Few Tickets Remain for Chamber’s Annual Dinner

The event, celebrating the Paulding Chamber of Commerce’s 52nd year, will be held Jan. 17 at the Paulding County Senior Center.

Time is running out to secure what is typically a hot ticket in Paulding County.

The Paulding Chamber of Commerce’s annual seated dinner, which will commemorate the organization’s 52nd year of existence, will be held at the Paulding County Senior Community Center Thursday, Jan. 17. The event will begin with a VIP reception at 6 p.m. and dinner seating at 7 p.m.

Few tickets remained as of earlier this week and are being sold individually at $125 each.

Rhubarb Jones will give the event’s keynote address. Formerly the longest-running morning radio personality in Atlanta, according to his website, Jones now serves as a part-time instructor of communication at Kennesaw State University as well as the college’s director of special events in the Office of University Advancement & Development.

With Jones serving as the keynote, this will be the second year in a row the Chamber’s dinner has featured someone with ties to the radio industry. Neal Boortz—the syndicated radio host who can be heard locally and across the metro Atlanta area on WSB Radio—was the keynote speaker at last year’s event. (See video highlights from Boortz’s address here.) Boortz is retiring later this month and handing the reins of his program to former presidential candidate Herman Cain.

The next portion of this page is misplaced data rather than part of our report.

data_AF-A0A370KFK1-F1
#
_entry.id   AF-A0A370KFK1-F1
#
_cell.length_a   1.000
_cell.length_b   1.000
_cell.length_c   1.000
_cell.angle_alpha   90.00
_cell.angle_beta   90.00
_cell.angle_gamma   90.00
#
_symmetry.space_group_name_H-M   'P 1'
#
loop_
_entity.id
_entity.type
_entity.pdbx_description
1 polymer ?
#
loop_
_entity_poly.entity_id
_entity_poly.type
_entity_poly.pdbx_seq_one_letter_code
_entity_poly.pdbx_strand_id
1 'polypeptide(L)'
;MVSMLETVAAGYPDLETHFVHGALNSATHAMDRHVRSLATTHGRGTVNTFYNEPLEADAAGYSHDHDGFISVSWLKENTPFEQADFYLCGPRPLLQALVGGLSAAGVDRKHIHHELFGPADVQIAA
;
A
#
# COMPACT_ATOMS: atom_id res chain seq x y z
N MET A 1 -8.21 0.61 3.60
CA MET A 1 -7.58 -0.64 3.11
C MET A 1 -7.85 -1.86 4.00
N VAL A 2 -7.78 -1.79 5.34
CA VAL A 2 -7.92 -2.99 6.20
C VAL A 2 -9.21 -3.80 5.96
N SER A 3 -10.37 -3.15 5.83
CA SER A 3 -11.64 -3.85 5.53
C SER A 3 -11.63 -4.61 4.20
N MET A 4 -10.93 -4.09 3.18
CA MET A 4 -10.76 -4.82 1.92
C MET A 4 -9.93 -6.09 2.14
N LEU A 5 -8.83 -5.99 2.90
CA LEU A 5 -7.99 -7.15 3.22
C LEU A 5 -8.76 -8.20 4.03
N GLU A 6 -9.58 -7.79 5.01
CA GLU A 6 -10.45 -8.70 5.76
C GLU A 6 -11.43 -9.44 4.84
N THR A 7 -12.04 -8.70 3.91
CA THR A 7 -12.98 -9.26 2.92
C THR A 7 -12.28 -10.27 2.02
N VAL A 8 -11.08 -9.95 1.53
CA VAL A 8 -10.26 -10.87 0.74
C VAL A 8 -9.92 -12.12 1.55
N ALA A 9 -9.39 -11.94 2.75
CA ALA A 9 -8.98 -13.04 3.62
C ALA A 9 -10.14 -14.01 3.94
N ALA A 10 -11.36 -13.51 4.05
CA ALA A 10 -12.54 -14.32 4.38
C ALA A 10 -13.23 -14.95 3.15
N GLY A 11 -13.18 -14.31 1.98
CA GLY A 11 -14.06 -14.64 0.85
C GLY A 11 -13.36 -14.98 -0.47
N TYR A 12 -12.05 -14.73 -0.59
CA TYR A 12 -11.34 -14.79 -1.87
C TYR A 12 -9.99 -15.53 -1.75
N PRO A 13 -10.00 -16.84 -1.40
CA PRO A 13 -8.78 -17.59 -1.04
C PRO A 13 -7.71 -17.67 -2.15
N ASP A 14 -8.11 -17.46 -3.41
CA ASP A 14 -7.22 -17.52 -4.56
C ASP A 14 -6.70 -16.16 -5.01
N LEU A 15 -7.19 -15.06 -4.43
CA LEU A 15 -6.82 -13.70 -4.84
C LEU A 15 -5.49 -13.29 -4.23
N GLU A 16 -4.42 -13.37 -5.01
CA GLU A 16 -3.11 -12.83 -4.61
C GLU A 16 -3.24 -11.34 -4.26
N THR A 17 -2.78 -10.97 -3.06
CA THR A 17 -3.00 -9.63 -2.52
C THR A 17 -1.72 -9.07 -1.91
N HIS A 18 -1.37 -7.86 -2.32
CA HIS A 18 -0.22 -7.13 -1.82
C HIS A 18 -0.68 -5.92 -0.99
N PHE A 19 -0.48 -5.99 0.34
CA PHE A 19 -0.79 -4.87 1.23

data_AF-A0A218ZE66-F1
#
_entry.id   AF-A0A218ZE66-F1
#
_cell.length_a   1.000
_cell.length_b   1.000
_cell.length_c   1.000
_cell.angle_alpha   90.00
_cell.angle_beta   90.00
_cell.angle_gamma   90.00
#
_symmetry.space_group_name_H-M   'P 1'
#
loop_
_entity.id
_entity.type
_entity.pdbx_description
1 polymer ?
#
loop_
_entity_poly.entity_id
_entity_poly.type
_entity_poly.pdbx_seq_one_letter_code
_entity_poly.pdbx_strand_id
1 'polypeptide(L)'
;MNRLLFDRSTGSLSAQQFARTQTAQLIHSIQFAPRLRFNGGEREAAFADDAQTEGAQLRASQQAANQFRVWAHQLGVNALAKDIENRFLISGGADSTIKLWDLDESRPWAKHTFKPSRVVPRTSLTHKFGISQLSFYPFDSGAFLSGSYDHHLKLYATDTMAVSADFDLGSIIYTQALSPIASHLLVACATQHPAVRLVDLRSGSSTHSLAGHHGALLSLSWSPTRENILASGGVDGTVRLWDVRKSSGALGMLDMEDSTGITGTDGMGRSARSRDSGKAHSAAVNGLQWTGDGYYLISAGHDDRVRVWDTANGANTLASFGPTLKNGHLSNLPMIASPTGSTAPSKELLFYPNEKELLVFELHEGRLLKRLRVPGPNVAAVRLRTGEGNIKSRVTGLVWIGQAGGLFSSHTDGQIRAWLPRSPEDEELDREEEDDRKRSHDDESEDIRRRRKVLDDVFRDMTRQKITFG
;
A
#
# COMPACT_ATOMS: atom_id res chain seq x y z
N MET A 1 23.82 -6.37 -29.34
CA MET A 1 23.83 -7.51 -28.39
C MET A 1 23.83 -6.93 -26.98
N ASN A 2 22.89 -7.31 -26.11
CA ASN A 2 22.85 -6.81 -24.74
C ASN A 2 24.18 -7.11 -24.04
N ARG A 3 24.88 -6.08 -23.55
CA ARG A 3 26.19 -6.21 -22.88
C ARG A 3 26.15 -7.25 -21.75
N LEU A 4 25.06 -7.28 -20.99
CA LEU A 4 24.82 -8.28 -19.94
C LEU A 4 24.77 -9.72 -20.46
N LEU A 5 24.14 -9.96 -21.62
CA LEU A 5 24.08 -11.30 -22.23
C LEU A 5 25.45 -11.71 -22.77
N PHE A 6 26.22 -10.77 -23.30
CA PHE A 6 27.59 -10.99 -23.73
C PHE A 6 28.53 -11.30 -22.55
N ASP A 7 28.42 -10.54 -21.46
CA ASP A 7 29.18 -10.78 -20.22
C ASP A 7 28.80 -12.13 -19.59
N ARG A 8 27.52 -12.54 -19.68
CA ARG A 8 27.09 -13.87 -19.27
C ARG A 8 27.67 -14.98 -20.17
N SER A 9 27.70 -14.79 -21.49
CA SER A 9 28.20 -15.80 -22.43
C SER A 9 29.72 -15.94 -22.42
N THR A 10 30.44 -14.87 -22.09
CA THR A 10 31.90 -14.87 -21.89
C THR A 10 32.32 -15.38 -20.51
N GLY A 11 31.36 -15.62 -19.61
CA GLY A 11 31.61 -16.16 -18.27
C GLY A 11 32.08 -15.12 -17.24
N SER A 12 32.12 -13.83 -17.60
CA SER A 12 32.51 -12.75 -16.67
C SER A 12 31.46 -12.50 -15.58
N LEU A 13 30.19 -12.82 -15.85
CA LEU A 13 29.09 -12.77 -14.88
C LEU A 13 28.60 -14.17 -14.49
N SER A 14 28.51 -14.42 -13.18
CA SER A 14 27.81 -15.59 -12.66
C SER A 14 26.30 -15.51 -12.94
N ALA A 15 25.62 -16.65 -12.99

In addition to Jones’ keynote, other highlights of the event will be the recognition of the Chamber’s Ambassador of the Year, Business of the Year and Citizen of the Year. Last year’s winners were Sara Magnusson, Little Caesars franchisees Gerry and Lynn Barr and Brian Stover, respectively. (Click the links to view our videos from the award presentations.)

Chamber officials also will recognize two individuals for their roles in assisting a Paulding teen who was allegedly abused by his parents last year. Retired Sgt. Joseph Gonzales of the Los Angeles Police Department was working security at a Los Angeles bus station when he saw Mitch Comer, an 18-year-old described by authorities as “a pale, gaunt young man of small stature who appeared to be about 12 or 13 years of age”—he weighed only 87 pounds and stood just over 5 feet tall. Comer told police that his stepfather had given him $200 and a list of homeless shelters, then put him on a bus in Jackson, Miss., though that had come after years of abuse at home, including confinement to his room and meals consisting of small quantities of food.

Also set to be honored for her efforts on the case will be Monica Moore-Penate, a criminal investigator with the Paulding County District Attorney’s Office.

For more information on the event or to purchase tickets, contact Kevin Kirby at 770-445-6016 or kkirby@pauldingchamber.org.

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